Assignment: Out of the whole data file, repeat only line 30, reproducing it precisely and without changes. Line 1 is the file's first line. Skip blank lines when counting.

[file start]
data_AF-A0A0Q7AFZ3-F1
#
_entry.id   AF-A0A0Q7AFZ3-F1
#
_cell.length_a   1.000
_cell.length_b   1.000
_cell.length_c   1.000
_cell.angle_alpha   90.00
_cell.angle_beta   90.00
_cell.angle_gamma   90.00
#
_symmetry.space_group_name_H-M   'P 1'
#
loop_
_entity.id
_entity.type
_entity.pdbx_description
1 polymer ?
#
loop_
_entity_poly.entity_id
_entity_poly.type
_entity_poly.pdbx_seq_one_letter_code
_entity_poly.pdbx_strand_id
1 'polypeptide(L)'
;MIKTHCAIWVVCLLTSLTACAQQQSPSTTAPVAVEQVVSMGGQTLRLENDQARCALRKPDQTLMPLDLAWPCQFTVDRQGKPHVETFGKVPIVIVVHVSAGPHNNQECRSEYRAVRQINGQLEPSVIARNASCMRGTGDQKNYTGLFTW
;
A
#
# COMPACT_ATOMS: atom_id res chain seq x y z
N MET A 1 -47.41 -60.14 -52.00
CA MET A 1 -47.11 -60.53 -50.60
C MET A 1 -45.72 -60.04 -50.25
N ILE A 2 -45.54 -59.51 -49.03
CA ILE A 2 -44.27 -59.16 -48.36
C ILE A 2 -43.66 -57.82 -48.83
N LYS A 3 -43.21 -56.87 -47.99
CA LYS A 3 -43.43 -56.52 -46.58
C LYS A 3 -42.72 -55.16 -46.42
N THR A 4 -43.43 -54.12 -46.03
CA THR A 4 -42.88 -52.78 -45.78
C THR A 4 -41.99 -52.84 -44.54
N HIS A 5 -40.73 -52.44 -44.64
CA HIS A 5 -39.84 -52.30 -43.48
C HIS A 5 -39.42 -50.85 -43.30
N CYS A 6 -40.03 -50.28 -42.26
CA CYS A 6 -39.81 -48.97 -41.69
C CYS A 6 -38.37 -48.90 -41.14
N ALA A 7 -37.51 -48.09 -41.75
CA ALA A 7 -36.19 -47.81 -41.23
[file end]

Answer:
# COMPACT_ATOMS: atom_id res chain seq x y z